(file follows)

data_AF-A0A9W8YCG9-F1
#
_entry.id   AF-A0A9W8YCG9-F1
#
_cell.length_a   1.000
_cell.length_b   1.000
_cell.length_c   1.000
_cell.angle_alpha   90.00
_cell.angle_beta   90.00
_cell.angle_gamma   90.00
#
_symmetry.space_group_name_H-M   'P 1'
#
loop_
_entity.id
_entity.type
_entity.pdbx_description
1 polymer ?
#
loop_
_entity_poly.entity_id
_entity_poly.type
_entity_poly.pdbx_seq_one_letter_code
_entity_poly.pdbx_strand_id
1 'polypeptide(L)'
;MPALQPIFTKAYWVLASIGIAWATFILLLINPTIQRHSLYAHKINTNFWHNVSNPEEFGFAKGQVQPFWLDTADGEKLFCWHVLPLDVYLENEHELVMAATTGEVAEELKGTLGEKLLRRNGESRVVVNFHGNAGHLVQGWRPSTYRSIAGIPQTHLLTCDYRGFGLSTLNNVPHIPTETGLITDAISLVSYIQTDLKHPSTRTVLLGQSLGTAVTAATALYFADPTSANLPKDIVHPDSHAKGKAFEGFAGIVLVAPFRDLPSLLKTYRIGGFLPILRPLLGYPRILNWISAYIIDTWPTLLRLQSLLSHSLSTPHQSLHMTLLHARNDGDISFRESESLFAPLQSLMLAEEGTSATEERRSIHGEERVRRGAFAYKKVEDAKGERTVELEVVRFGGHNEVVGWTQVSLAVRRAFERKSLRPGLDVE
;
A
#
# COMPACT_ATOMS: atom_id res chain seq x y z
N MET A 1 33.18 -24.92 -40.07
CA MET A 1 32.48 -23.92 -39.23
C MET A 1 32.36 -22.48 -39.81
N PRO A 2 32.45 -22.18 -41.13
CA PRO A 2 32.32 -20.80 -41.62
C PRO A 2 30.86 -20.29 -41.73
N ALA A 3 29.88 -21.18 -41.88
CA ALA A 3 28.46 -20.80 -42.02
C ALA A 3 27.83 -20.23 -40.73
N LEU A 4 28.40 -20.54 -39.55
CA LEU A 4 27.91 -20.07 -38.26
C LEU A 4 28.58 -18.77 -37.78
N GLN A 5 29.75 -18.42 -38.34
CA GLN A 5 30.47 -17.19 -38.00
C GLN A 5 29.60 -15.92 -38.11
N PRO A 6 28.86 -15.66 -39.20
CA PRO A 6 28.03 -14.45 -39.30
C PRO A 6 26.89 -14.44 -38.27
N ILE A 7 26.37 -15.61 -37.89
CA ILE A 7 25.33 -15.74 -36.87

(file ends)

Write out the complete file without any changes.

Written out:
data_AF-A0A9W8YCG9-F1
#
_entry.id   AF-A0A9W8YCG9-F1
#
_cell.length_a   1.000
_cell.length_b   1.000
_cell.length_c   1.000
_cell.angle_alpha   90.00
_cell.angle_beta   90.00
_cell.angle_gamma   90.00
#
_symmetry.space_group_name_H-M   'P 1'
#
loop_
_entity.id
_entity.type
_entity.pdbx_description
1 polymer ?
#
loop_
_entity_poly.entity_id
_entity_poly.type
_entity_poly.pdbx_seq_one_letter_code
_entity_poly.pdbx_strand_id
1 'polypeptide(L)'
;MPALQPIFTKAYWVLASIGIAWATFILLLINPTIQRHSLYAHKINTNFWHNVSNPEEFGFAKGQVQPFWLDTADGEKLFCWHVLPLDVYLENEHELVMAATTGEVAEELKGTLGEKLLRRNGESRVVVNFHGNAGHLVQGWRPSTYRSIAGIPQTHLLTCDYRGFGLSTLNNVPHIPTETGLITDAISLVSYIQTDLKHPSTRTVLLGQSLGTAVTAATALYFADPTSANLPKDIVHPDSHAKGKAFEGFAGIVLVAPFRDLPSLLKTYRIGGFLPILRPLLGYPRILNWISAYIIDTWPTLLRLQSLLSHSLSTPHQSLHMTLLHARNDGDISFRESESLFAPLQSLMLAEEGTSATEERRSIHGEERVRRGAFAYKKVEDAKGERTVELEVVRFGGHNEVVGWTQVSLAVRRAFERKSLRPGLDVE
;
A
#
# COMPACT_ATOMS: atom_id res chain seq x y z
N MET A 1 33.18 -24.92 -40.07
CA MET A 1 32.48 -23.92 -39.23
C MET A 1 32.36 -22.48 -39.81
N PRO A 2 32.45 -22.18 -41.13
CA PRO A 2 32.32 -20.80 -41.62
C PRO A 2 30.86 -20.29 -41.73
N ALA A 3 29.88 -21.18 -41.88
CA ALA A 3 28.46 -20.80 -42.02
C ALA A 3 27.83 -20.23 -40.73
N LEU A 4 28.40 -20.54 -39.55
CA LEU A 4 27.91 -20.07 -38.26
C LEU A 4 28.58 -18.77 -37.78
N GLN A 5 29.75 -18.42 -38.34
CA GLN A 5 30.47 -17.19 -38.00
C GLN A 5 29.60 -15.92 -38.11
N PRO A 6 28.86 -15.66 -39.20
CA PRO A 6 28.03 -14.45 -39.30
C PRO A 6 26.89 -14.44 -38.27
N ILE A 7 26.37 -15.61 -37.89
CA ILE A 7 25.33 -15.74 -36.87